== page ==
Game Reviews

The A-Team

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| The A-Team
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The A-Team
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| The A-Team

Though its footing in Vietnam was well noted, it's fair to say The A-Team (and probably its forthcoming Hollywood reset) didn't have much of a grounding in reality.

Instead, the series became one of those true '80s icons, brought up today in the sort of nostalgic conversation that touches on everything from Rod Hull and Emu to Ariston adverts.

Such flippancy doesn't mean it isn't well loved, however. On many fronts, it's fair to say GameHouse's take on The A-Team taps directly into the reasons why the show was so popular: it's accessible to all, easy to rib, and utterly disposable in the long-run.

Only problem is, by following the show's path so closely, play itself has almost been forgotten.

Guns, but no glory

Substance has no place in The A-Team's gun-laden world. As you might expect, you take charge of Hannibal, the Face, Murdock, and Mr T as they shoot their way through fifteen levels of carnage.

Or, at least, that's what it might seem to anyone who happens to be watching over your shoulder. That's because while every goon that wanders on screen will be taken down in a rain of bullets you'll actually have very little to do with it.

It's a curious setup that follows the premise of mobile racers more than the expected action-shooter genre. As such, not a single shot that flies will be of your own doing – firing is taken care of automatically every time an enemy wanders into view.

Your main job is simply to move around the linear, fairly simple 2D levels. Sometimes you'll control just one character, but usually you'll find yourself taking charge of the whole band, switching between them with the left soft-key.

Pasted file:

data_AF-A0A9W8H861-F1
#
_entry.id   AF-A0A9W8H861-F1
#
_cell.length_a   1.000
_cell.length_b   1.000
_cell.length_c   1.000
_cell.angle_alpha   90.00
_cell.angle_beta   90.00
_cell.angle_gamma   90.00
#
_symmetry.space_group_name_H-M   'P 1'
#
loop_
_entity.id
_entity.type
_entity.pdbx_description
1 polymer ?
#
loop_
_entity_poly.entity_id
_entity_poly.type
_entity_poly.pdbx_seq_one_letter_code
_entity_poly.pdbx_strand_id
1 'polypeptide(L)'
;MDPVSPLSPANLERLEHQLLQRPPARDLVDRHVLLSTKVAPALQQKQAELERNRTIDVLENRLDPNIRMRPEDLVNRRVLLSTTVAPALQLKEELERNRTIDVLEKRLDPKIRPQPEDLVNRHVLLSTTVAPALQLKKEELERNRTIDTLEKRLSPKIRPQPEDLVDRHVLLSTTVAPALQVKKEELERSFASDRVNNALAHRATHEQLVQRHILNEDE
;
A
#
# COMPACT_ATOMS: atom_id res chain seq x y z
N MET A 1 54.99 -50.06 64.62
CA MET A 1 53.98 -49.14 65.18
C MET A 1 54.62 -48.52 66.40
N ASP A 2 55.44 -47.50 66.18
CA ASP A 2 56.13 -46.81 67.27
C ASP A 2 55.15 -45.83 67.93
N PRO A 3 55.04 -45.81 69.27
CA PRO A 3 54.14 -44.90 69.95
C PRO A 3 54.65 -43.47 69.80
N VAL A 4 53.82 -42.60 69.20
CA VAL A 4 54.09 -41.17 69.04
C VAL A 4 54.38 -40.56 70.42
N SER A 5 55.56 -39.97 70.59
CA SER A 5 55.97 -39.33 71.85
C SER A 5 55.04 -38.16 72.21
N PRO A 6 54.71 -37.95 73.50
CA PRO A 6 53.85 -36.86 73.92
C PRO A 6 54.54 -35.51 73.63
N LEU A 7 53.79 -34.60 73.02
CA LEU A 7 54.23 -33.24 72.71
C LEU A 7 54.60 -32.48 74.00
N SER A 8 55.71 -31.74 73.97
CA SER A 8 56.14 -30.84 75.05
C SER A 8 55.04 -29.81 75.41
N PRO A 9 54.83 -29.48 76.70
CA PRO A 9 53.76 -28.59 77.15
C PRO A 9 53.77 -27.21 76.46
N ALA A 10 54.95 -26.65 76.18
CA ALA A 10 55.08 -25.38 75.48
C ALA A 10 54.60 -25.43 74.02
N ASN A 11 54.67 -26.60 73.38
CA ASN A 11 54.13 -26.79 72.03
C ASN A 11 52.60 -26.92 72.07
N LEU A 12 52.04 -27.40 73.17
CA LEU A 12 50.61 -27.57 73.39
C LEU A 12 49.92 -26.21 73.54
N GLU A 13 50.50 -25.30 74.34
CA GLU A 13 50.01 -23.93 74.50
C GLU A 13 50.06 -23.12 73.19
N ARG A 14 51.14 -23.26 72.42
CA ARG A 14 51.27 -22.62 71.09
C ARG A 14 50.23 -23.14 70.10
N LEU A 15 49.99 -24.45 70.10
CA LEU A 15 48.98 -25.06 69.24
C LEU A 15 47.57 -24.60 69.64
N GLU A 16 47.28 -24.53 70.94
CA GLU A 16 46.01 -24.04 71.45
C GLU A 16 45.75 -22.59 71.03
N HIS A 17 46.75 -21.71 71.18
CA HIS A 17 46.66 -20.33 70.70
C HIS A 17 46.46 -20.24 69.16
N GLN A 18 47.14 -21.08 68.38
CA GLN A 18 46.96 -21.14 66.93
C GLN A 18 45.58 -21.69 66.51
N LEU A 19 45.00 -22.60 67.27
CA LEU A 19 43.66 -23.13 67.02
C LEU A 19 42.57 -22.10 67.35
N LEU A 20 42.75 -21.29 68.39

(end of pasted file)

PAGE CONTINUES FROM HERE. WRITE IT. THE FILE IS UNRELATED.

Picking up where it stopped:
No plan, no action

It's this fairly cursory take on strategy that The A-Team attempts to use to muster some kind of gameplay.

Each of the characters on offer comes with his own special abilities, with Face chucking grenades, Murdock firing on targets with air strikes, Hannibal taking charge of whether the team goes on the offence or defends his position (switching between either making very little difference, in truth), and Mr T throwing some punches when in the vicinity of the game's fairly stagnant bad guys.

Your job is to decide just when each ability can be put to best use.

In truth, however, playing on anything but the hardest difficulty makes such a setup rather redundant. It's fairly easy to walk your way through most of the levels, simply hiding behind the odd crate when taking fire before stepping back out to let the game clear the path for you.

As such, The A-Team – though crisply designed and keeping within the spirit of the franchise – is an utter non-event. The fact you're playing a game at all barely registers at any point, making this one plan that never really gets started.

The A-Team

Too simple to really be called a game, The A-Team is welcoming enough to enlist fans of the forthcoming film, but too shallow to keep them on board for long
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